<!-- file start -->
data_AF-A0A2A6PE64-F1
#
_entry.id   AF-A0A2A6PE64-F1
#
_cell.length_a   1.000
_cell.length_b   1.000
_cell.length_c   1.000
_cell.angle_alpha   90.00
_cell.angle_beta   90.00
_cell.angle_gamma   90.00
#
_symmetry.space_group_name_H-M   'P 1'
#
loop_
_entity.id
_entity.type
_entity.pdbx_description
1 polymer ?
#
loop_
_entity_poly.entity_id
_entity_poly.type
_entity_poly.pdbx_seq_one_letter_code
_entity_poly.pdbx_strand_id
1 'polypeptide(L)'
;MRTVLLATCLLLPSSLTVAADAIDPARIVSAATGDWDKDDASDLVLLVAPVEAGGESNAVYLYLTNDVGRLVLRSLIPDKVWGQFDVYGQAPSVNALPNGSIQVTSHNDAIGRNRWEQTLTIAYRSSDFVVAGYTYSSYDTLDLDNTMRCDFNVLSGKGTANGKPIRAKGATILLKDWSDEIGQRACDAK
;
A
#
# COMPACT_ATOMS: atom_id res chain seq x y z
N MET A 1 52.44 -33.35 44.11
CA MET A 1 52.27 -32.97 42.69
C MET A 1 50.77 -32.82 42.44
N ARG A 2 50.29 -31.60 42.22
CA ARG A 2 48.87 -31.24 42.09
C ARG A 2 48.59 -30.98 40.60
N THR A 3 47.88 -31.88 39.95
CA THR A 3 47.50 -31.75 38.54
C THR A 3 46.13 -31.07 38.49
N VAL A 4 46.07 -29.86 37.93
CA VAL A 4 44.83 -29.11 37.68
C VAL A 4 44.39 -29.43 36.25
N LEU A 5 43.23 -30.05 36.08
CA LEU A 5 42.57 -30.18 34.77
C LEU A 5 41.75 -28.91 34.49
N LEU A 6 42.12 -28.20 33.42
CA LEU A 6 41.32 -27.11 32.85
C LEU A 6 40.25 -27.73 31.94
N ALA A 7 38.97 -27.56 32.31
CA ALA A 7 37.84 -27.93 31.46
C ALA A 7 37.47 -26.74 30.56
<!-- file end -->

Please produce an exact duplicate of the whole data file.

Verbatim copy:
data_AF-A0A2A6PE64-F1
#
_entry.id   AF-A0A2A6PE64-F1
#
_cell.length_a   1.000
_cell.length_b   1.000
_cell.length_c   1.000
_cell.angle_alpha   90.00
_cell.angle_beta   90.00
_cell.angle_gamma   90.00
#
_symmetry.space_group_name_H-M   'P 1'
#
loop_
_entity.id
_entity.type
_entity.pdbx_description
1 polymer ?
#
loop_
_entity_poly.entity_id
_entity_poly.type
_entity_poly.pdbx_seq_one_letter_code
_entity_poly.pdbx_strand_id
1 'polypeptide(L)'
;MRTVLLATCLLLPSSLTVAADAIDPARIVSAATGDWDKDDASDLVLLVAPVEAGGESNAVYLYLTNDVGRLVLRSLIPDKVWGQFDVYGQAPSVNALPNGSIQVTSHNDAIGRNRWEQTLTIAYRSSDFVVAGYTYSSYDTLDLDNTMRCDFNVLSGKGTANGKPIRAKGATILLKDWSDEIGQRACDAK
;
A
#
# COMPACT_ATOMS: atom_id res chain seq x y z
N MET A 1 52.44 -33.35 44.11
CA MET A 1 52.27 -32.97 42.69
C MET A 1 50.77 -32.82 42.44
N ARG A 2 50.29 -31.60 42.22
CA ARG A 2 48.87 -31.24 42.09
C ARG A 2 48.59 -30.98 40.60
N THR A 3 47.88 -31.88 39.95
CA THR A 3 47.50 -31.75 38.54
C THR A 3 46.13 -31.07 38.49
N VAL A 4 46.07 -29.86 37.93
CA VAL A 4 44.83 -29.11 37.68
C VAL A 4 44.39 -29.43 36.25
N LEU A 5 43.23 -30.05 36.08
CA LEU A 5 42.57 -30.18 34.77
C LEU A 5 41.75 -28.91 34.49
N LEU A 6 42.12 -28.20 33.42
CA LEU A 6 41.32 -27.11 32.85
C LEU A 6 40.25 -27.73 31.94
N ALA A 7 38.97 -27.56 32.31
CA ALA A 7 37.84 -27.93 31.46
C ALA A 7 37.47 -26.74 30.56